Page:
BBC’s Mr. Climate Change got £15,000 from Climategate university

Though he claims to have reported on Climategate fairly, Roger Harrabin seems to have been paid to promote alarmism at the Beeb.

The Mail on Sunday reports,

A senior BBC journalist accepted £15,000 in grants from the university at the heart of the ‘Climategate’ scandal – and later went on to cover the story without declaring an interest to viewers.

Roger Harrabin, the BBC’s ‘environment analyst’, used the money from the University of East Anglia’s Tyndall Centre for Climate Change Research to fund an ‘ad hoc’ partnership he ran with a friend.

We spotlight this because in his Sunday Telegraph column, Christopher Booker writes,

Some years back, the BBC adopted a new editorial policy –that the scientific and political “consensus” on climate change was now so overwhelming that it should be actively promoted, while climate sceptics, or “deniers” as the BBC calls them, should be kept off the airwaves.

A key moment in developing the new party line was a “high-level seminar” in 2006, attended by a bevy of top BBC executives. It was organised by Roger Harrabin, one of its senior environmental correspondents, and Dr Joe Smith, a geographer and climate activist from the Open University. They had set up the Cambridge Media and Environment Programme to promote the consensus line on global warming, funded by, among others, the Department for the Environment (then in charge of government policy on climate change) and WWF, one of the leading warmist pressure groups. [Emphasis added]

Read the Mail on Sunday report.

Read Booker’s column.

7 thoughts on “BBC’s Mr. Climate Change got £15,000 from Climategate university”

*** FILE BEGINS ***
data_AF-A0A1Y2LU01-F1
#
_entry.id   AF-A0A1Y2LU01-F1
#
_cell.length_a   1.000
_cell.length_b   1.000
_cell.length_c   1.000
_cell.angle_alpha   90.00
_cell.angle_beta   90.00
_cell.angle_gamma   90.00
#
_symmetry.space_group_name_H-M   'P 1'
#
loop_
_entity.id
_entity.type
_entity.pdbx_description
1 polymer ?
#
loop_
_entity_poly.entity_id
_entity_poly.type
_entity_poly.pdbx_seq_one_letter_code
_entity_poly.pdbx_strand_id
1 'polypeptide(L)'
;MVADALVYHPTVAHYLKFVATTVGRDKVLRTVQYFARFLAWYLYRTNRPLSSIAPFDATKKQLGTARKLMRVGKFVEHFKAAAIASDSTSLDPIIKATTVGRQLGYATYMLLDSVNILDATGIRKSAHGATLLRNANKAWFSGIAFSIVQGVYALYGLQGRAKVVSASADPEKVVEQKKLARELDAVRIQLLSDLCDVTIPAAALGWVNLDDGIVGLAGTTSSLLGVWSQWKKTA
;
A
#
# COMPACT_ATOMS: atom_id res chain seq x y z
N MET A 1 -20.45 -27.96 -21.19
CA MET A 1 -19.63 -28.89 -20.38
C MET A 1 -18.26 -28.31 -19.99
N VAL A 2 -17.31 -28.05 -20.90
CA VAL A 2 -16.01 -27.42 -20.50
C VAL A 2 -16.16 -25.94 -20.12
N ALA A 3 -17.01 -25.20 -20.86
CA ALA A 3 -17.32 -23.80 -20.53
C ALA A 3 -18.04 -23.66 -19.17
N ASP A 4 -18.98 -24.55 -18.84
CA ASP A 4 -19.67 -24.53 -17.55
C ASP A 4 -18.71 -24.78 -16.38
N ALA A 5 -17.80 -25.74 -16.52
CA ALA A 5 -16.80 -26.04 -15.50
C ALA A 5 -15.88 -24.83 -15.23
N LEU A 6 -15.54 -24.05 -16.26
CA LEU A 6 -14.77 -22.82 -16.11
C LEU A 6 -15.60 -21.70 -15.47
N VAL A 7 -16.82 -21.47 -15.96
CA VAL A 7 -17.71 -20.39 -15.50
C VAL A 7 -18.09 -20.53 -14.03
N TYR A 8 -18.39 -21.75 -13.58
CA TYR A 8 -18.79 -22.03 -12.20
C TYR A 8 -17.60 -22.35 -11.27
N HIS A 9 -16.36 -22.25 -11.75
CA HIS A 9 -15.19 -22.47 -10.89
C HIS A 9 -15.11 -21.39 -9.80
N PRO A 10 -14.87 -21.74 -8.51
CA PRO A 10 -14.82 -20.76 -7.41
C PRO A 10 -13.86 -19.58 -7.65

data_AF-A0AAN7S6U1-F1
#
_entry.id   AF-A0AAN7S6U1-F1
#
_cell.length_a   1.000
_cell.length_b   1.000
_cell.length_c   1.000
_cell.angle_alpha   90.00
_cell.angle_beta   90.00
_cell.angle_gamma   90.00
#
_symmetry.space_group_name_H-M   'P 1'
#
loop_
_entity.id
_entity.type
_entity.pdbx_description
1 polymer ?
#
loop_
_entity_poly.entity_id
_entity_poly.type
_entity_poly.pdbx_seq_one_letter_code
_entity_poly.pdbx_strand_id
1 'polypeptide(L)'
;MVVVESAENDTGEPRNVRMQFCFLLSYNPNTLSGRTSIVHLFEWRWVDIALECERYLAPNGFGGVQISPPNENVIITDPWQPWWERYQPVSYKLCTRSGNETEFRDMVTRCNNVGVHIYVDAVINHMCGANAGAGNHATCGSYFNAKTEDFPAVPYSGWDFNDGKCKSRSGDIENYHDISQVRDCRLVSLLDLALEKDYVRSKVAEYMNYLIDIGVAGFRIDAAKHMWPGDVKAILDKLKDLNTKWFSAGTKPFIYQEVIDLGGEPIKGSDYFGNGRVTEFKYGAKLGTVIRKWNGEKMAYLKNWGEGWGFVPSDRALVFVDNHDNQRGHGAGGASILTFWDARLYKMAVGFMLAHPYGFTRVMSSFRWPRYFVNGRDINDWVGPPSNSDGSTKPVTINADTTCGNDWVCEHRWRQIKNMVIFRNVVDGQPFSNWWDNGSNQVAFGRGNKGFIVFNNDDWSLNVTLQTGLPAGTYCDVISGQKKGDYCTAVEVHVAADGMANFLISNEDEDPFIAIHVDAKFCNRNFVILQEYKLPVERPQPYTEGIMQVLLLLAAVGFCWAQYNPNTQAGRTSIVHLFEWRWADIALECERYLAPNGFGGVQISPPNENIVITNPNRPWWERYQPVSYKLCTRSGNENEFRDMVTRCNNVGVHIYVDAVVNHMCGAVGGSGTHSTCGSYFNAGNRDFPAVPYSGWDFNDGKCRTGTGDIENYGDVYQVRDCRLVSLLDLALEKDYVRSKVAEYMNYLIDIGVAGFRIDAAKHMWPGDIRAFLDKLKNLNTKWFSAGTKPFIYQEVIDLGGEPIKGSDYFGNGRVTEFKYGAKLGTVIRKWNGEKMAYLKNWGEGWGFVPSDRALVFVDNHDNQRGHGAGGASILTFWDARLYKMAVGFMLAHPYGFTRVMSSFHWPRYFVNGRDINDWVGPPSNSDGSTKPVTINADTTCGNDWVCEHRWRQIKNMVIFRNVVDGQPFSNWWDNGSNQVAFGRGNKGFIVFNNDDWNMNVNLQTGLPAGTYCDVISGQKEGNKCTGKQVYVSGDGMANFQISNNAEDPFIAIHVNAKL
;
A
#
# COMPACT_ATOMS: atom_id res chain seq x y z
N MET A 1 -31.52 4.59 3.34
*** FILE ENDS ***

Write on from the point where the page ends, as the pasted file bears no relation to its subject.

1. MF,
    There was nothing wrong with the headline. It says
    “BBC’s Mr Climate Change accepted £15,000 in grants …”
    from which it is clear that it’s not money for him personally, but a grant for his activist seminars.

  2. It did a disappearing act because they must have realized it was misleading and possibly libelous—or at least the headline was, which is apparently all that anyone bothered to read. The reality, as was made clear even in the Mail’s story (though at the bottom), is that Harrabin was not himself paid anything. He headed a conference series that got funding from East Anglia (years before Climategate). Should we then say the Wall Street Journal is crap because Shell sponsors this: No, we shouldn’t–it’s a good paper. And a fair review of Harrabin’s work shows he’s a good reporter. Have fun with your non-story.

  3. The physics of climate change doesn’t care about graf, wealth of the carbon industry, denial of climate change. Its not even about belief. Its co2 doing what co2 does with certain frequencies of infrared. Plain and simple.

    A shift will be coming soon to the conservatives from within their own ranks. Something that the Koch brothers can’t control. Republicans confirming climate science is the real deal and we need to do something about it.

    In the mean time enjoy your Junk Science as though it is reality.

  4. Only £15,000?
    The guy’s an amateur…I thought the BBC’s policy on wasting taxpayers’ money was a 100k minimum spend. 15k is the annual taxi bill for some BBC execs’ , isn’t it?

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